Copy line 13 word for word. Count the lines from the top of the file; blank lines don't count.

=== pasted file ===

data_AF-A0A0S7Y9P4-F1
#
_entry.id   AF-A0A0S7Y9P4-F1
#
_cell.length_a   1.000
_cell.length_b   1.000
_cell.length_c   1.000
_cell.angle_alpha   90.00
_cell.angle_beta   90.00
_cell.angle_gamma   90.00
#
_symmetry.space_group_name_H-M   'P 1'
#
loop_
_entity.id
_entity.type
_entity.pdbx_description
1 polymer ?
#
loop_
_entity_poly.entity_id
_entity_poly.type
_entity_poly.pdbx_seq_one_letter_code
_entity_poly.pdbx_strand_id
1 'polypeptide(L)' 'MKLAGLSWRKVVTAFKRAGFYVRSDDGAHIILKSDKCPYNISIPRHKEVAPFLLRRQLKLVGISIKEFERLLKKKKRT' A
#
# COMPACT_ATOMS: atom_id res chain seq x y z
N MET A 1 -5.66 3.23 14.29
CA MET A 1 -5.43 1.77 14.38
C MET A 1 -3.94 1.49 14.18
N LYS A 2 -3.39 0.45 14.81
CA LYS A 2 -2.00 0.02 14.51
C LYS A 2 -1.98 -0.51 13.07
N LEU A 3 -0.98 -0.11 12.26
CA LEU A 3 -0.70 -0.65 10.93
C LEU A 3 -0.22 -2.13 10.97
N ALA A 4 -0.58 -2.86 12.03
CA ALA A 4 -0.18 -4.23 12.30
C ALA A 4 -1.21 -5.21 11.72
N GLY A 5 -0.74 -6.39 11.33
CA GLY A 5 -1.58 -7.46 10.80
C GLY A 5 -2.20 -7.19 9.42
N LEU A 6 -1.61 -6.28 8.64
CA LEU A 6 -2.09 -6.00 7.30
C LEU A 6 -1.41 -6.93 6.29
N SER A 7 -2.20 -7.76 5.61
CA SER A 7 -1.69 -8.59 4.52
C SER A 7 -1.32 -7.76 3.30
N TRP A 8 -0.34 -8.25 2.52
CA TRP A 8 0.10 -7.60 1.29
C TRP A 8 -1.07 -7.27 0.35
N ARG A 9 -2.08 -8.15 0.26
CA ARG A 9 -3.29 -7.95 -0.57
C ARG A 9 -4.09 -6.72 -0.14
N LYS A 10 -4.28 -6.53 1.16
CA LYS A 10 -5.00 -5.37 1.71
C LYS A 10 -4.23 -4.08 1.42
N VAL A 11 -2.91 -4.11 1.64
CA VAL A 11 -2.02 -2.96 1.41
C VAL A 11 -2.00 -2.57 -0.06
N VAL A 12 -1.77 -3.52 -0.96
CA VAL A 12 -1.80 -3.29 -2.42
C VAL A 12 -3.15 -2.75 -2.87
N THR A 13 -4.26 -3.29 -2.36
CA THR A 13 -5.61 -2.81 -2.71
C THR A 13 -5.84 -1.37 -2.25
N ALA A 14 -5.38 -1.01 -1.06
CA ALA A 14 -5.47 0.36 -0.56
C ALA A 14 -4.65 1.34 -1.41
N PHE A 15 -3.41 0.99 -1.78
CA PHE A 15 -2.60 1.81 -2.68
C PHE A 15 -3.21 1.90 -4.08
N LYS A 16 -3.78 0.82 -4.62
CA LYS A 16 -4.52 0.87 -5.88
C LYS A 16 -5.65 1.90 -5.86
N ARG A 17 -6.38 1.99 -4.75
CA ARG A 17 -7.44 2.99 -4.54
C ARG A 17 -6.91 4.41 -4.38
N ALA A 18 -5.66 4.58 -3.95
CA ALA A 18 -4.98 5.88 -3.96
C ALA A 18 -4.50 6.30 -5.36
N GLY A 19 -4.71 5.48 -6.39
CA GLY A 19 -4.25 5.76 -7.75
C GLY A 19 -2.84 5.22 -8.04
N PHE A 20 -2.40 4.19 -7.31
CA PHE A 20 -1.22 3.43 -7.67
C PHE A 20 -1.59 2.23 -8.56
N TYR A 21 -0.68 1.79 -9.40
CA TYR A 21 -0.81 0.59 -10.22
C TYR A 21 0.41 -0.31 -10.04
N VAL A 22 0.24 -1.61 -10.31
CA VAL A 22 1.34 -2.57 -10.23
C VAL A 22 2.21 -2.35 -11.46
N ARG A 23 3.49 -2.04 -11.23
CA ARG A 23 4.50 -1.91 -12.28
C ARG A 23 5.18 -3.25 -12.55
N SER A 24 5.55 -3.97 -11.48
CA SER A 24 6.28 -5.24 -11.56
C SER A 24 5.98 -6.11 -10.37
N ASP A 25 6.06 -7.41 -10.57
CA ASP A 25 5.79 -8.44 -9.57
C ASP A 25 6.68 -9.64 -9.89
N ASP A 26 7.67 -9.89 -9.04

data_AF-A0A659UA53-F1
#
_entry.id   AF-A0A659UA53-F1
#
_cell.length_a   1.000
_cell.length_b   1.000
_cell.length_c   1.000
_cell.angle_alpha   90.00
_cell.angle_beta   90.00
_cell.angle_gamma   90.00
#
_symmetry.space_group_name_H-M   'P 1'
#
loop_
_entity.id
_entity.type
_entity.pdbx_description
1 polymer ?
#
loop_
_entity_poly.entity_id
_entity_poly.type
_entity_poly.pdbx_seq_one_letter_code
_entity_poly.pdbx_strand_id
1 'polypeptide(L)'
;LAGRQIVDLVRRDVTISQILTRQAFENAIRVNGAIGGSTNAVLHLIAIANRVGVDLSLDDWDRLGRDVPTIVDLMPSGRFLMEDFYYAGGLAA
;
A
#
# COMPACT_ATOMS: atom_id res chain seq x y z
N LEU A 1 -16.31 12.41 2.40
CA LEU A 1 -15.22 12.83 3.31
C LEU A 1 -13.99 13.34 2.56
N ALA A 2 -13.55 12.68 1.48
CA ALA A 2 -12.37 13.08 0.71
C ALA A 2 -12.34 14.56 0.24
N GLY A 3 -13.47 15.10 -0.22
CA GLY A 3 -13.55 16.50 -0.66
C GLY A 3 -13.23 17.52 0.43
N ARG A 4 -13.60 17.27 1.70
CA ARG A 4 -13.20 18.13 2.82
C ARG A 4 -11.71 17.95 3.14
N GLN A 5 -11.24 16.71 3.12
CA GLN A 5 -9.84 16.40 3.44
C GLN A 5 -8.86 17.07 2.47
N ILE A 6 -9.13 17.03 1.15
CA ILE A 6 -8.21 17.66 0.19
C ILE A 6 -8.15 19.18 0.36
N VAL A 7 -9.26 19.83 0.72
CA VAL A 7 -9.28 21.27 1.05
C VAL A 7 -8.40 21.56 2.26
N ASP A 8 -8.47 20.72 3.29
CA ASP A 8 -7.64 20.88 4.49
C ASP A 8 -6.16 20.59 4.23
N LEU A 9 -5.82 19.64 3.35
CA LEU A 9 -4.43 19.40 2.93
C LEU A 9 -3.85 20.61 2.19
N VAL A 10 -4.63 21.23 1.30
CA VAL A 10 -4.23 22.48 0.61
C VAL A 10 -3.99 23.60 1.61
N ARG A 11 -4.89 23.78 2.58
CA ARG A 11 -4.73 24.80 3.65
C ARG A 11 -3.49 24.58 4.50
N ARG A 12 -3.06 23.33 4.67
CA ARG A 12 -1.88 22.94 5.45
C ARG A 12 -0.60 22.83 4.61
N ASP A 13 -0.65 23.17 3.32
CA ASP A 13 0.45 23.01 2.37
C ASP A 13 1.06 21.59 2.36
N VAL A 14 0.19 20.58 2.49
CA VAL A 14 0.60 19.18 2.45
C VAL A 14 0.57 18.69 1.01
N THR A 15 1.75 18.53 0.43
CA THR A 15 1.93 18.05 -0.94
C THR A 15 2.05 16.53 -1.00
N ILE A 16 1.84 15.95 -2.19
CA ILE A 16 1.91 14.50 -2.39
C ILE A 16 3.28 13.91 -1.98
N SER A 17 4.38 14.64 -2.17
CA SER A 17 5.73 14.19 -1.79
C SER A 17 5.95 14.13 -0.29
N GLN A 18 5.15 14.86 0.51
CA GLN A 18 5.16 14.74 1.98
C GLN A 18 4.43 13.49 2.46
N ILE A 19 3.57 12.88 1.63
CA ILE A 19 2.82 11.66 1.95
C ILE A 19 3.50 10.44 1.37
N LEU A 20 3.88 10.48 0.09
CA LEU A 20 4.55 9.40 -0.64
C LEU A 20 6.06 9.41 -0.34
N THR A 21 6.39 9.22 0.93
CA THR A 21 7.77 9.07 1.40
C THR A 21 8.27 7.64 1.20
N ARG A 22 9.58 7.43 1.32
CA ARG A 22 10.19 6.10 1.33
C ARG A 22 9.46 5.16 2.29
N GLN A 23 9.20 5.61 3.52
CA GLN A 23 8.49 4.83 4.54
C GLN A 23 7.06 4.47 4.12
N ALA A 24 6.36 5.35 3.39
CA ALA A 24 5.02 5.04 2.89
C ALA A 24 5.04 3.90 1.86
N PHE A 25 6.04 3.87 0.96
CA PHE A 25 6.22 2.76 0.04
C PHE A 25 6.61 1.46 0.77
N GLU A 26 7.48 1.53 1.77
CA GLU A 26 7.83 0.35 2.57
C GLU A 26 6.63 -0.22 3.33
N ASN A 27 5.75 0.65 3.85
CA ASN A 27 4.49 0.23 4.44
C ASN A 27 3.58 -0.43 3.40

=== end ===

#